With so much new content on the Internet being added daily, it may be difficult to keep up with what is happening online. There are some various ways people try, by visiting specific news websites every day, doing a Google search, or relying on social networks to keep up with what is happening in the world. One solution that sometimes gets overlooked is an RSS feed. You’ve probably heard about it before, that is because it is a technology which has influenced many modern internet tools you are probably familiar with.
What’s RSS? RSS stands for Really Simple Syndication, or, depending on who you ask, Rich Site Summary. At its heart, they are just simple text files with basic updated information, such as news pieces, articles, blogs, that sort of thing. This stripped down content is usually plugged into what is called a feed reader, or an interface that quickly converts the RSS text files into a stream of the latest updates from around the web. As internet content became more complicated, so did RSS files, which rapidly adopted images, videos, and more, but still in a stripped down format for easier loading and compatibility across all feeds readers.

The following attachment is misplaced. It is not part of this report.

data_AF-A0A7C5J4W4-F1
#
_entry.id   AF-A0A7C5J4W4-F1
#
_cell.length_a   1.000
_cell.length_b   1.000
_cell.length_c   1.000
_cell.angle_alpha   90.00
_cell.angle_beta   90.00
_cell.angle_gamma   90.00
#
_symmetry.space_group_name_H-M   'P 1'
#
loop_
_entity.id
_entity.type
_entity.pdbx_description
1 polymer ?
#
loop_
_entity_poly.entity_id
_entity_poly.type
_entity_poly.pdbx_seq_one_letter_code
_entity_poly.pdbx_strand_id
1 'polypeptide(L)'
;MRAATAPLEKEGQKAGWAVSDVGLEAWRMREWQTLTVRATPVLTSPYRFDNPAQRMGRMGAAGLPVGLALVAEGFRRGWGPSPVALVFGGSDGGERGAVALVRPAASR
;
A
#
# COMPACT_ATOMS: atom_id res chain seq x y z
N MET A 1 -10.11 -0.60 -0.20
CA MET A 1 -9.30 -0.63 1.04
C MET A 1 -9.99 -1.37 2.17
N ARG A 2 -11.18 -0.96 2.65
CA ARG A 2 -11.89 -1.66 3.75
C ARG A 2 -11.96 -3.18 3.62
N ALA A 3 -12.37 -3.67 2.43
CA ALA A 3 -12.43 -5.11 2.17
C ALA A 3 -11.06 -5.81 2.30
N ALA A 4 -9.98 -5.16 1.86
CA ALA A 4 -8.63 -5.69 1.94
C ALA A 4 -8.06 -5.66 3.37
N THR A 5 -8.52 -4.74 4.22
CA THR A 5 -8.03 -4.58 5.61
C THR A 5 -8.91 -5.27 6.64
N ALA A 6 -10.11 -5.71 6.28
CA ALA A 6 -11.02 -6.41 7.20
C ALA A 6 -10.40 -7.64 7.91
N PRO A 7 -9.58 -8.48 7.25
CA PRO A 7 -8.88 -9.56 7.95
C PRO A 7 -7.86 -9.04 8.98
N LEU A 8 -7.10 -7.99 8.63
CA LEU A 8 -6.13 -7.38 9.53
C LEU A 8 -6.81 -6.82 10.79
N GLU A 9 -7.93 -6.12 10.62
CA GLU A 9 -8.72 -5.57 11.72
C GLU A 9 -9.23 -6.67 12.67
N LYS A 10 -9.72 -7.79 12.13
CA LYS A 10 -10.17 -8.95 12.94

Readers usually automatically update, so that it delivers the latest adopted images, video, and more, but in a stripped down format for easier loading and compatibility across all feed readers. I thought that RSS was a little old. Facebook, Twitter, LinkedIn along with other sites became the go-to choice for following sites, watching feeds, and learning about the most recent content. The result was less interest in RSS feeds in the past several years. However, RSS feeds are still effective for keeping up to date on the various topics that you’re interested in.